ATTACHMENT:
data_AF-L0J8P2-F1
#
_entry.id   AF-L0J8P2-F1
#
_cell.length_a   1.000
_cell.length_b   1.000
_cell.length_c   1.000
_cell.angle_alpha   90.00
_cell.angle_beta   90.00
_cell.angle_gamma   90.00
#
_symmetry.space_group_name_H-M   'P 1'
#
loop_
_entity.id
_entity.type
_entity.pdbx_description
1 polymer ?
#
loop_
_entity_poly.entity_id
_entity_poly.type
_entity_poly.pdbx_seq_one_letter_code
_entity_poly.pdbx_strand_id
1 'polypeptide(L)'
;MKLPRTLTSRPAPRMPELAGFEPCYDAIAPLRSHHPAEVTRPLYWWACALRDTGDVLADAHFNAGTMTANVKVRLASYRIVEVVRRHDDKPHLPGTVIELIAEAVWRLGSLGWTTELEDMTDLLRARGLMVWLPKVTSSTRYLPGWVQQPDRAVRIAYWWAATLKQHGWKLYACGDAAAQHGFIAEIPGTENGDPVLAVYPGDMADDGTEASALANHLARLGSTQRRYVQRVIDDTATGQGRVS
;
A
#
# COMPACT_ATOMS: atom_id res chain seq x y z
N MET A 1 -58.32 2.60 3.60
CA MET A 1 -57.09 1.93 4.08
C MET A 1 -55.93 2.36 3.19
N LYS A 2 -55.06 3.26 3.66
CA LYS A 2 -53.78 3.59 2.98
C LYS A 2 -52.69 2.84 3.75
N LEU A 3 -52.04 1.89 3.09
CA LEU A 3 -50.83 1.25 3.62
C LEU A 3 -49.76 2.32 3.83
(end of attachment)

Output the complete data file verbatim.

data_AF-L0J8P2-F1
#
_entry.id   AF-L0J8P2-F1
#
_cell.length_a   1.000
_cell.length_b   1.000
_cell.length_c   1.000
_cell.angle_alpha   90.00
_cell.angle_beta   90.00
_cell.angle_gamma   90.00
#
_symmetry.space_group_name_H-M   'P 1'
#
loop_
_entity.id
_entity.type
_entity.pdbx_description
1 polymer ?
#
loop_
_entity_poly.entity_id
_entity_poly.type
_entity_poly.pdbx_seq_one_letter_code
_entity_poly.pdbx_strand_id
1 'polypeptide(L)'
;MKLPRTLTSRPAPRMPELAGFEPCYDAIAPLRSHHPAEVTRPLYWWACALRDTGDVLADAHFNAGTMTANVKVRLASYRIVEVVRRHDDKPHLPGTVIELIAEAVWRLGSLGWTTELEDMTDLLRARGLMVWLPKVTSSTRYLPGWVQQPDRAVRIAYWWAATLKQHGWKLYACGDAAAQHGFIAEIPGTENGDPVLAVYPGDMADDGTEASALANHLARLGSTQRRYVQRVIDDTATGQGRVS
;
A
#
# COMPACT_ATOMS: atom_id res chain seq x y z
N MET A 1 -58.32 2.60 3.60
CA MET A 1 -57.09 1.93 4.08
C MET A 1 -55.93 2.36 3.19
N LYS A 2 -55.06 3.26 3.66
CA LYS A 2 -53.78 3.59 2.98
C LYS A 2 -52.69 2.84 3.75
N LEU A 3 -52.04 1.89 3.09
CA LEU A 3 -50.83 1.25 3.62
C LEU A 3 -49.76 2.32 3.83